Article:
[This series on the life and times of pioneering aviator Bessie Coleman will continue next issue in the Florida Star and Georgia Star newspapers covering the e-Book entitled, "Bessie Coleman Flying the Blues" by Opio Sokoni]
Series Continued: Part 2 The life and times of the first Black woman to fly an airplane covering the e-Book entitled, "Bessie Coleman Flying the Blues." Presented By Dr. Beverly Kee Contributor The Florida Star/ The Georgia Star As we continue our journey into the life of the great "Bessie Coleman", the first African American and Native American female pilot, we have to ask ourselves did we do her an injustice by not bringing her full story back to the forefront of American Aviation History. I am reminded how being from a big family can sometimes set the tone for one's career path. She was from a family of thirteen, just as I am from a family of sixteen. God showered our family with several musical geniuses and it was passed on to each sibling on down to the baby boy, Pastor John P. Kee. In her case, none of her siblings ever mentioned aviation or a suggested career path.
Bessie Coleman Flying the Blues: The Life and Times of Pioneering Aviatrix Bessie Coleman A Southern Childhood Elizabeth “Bessie” Coleman was born January 26, 1892 to George and Susan Coleman in Atlanta, Texas. Some records also have her birth in 1896 as well as 1893 and on date January 20. Many entertainers during that time reported themselves as being younger than they were. Bessie was the tenth child of her parents 13 children. Her mother, Susan, was from Georgia; as were her parents. Bessie’s father’s dad, George Coleman, was probably a Cherokee or Choctaw from the Indian Territory (Oklahoma). Bessie’s fraternal grandmother was from Missouri. Only nine of Susan Coleman’s children lived but none, as she once said, were crazier than her daughter Bessie. The family moved to the cotton town of Waxahachie a little more than one year later. There, Mr. George Coleman picked cotton and built a three bedroom home on Mustang Creek. Waxahachie is located near Dallas. Dallas was a city of 40,000 in 1892. In the last week of that year, there were eight murders, three fires, two rapes and four robberies. Bessie went to a small segregated school as a child. She read Uncle Tom’s Cabin and the poetry of Paul Lawrence Dunbar who wrote, Be proud, my Race, in mind and soul: Thy name is writ on Glory’s scroll In characters of fire. High amid the clouds of Fame’s bright sky; Thy banner blazoned folds now fly, And, truth shall lift them higher. Segregationist Atmosphere Breaks Up the Family
Susan Coleman holding her daughter Bessie Coleman's Silver Cup Award presented to her by Ethel Waters in NY. Susan Coleman was 45 when George left the family to go to Indian Territory. George Coleman experienced racism both as a black person and probably worse as a Native. Picking cotton in this small town carried with it degradation and a local government reluctant and/or adverse to providing relief in disputes with Whites. Cotton workers were often short changed or even humiliated. Whatever it was, Bessie’s father left. He may have been aware of the movements that swirled around the area that would soon become Oklahoma. There was one movement by white mid-westerners to take the land away from the Five Civilized Tribes. Those who went to settle the territory before the legal time to do so were called Sooners. There was also a movement to make the territory a black state. This movement was started by Edward P. McCabe who inspired several thousand blacks to move to the area in order to gain the number needed to bring about political power.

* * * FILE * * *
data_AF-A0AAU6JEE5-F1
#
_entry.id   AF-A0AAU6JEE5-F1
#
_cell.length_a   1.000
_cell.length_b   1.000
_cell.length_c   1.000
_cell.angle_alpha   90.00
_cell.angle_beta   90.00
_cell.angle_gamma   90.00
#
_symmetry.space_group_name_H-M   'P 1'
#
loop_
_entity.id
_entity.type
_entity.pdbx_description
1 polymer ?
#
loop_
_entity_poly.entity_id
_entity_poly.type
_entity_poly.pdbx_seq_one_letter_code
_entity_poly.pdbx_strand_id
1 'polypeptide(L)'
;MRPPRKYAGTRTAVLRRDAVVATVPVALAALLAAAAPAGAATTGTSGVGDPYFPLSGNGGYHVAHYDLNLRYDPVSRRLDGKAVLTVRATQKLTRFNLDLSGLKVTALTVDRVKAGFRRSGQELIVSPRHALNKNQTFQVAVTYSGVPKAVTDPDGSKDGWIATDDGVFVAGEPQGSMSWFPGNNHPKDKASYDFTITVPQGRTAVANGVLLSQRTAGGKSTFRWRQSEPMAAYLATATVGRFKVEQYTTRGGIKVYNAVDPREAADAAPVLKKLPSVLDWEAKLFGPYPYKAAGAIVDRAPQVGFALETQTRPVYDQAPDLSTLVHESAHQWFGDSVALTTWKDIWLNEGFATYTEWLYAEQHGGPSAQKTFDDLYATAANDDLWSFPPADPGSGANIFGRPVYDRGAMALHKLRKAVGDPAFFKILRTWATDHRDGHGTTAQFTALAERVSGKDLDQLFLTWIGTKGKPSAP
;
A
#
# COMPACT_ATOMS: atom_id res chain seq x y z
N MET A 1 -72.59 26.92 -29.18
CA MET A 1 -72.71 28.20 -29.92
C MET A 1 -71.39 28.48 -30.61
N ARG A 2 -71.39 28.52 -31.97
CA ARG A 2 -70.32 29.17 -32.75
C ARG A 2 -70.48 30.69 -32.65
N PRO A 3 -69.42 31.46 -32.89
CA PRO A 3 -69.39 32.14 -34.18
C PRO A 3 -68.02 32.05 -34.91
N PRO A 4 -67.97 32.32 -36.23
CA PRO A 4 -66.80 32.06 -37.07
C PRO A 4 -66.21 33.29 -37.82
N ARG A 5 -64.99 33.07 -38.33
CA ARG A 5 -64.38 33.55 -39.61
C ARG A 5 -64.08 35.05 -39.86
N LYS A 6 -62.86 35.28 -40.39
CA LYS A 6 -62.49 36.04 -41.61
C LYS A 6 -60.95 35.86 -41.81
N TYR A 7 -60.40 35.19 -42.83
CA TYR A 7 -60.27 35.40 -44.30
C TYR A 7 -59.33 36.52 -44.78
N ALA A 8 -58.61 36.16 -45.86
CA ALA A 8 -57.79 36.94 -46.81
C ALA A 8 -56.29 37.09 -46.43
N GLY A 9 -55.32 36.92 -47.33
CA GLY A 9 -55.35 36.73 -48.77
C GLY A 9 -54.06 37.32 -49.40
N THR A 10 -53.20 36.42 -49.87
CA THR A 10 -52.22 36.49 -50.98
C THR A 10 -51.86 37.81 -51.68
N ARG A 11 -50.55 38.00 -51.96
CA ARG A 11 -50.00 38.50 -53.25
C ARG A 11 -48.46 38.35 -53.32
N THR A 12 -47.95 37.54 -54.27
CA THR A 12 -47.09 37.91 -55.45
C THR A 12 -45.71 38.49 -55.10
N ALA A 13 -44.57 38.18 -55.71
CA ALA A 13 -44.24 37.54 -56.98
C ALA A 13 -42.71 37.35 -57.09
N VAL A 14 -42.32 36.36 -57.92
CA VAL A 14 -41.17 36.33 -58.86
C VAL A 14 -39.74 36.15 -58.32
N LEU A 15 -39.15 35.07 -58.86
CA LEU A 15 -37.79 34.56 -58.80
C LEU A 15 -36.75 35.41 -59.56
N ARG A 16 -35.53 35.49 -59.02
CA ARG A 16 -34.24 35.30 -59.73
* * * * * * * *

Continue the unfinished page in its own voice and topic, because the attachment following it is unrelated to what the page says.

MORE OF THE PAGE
He and many black papers reported that he would become governor of the black state; complete with two U.S. Senators. The black Oklahoma movement was in competition with the end of the Reconstruction period where black advancements began to rapidly deteriorate. Jim Crow segregationist laws (mentioned later) were immediately implemented after Oklahoma became a state. An attorney, McCabe mortgaged his home to challenge racial segregation in the courts. His case made it to the U.S. Supreme Court. He lost that battle and ultimately moved away – his wife remaining. He died in 1920 in Chicago but was buried in Topeka, Kansas. Several decades later, Topeka was the famous location of the school board that was sued by the Brown family on the grounds of legal segregation. In 1954, Brown v Board of Education in Topeka Kansas was the culmination of cases the Supreme Court used to end all legal segregation. Mr. George Coleman may have been one such black person who moved to the Oklahoma area with the promise of intelligent black leadership and opportunities. He may have also decided that the life of a Native in the territory was preferable. Bessie’s mother refused to go with him. Bessie’s older brothers left as well. Two moved to Chicago and one to Canada. Left in the house after George’s departure were four little girls with the oldest being. During that period of time, only about 15 percent of black households were single parent led. Bessie’s mother insisted that her children strive for excellence. She rented books from a wagon that came around several times a year. These books contained stories of the accomplishments of African Americans. She may have also been exposed to the Chicago Defender. This black owned and operated newspaper was often sent to various areas of the south using train porters who dropped them off in small towns on train routes. Bessie’s mother recognized academic talent in Bessie and encouraged it. Bessie, who excelled at math, was relieved from picking cotton as most children had to do. Schools were often shut down until the picking season was over. Susan relied on Bessie as the family bookkeeper. Bessie graduated from her local school that only went up to the eighth grade. [This series on the life and times of pioneering aviator Bessie Coleman will continue next issue in the Florida Star and Georgia Star newspapers covering the e-Book entitled, "Bessie Coleman Flying the Blues" by Opio Sokoni]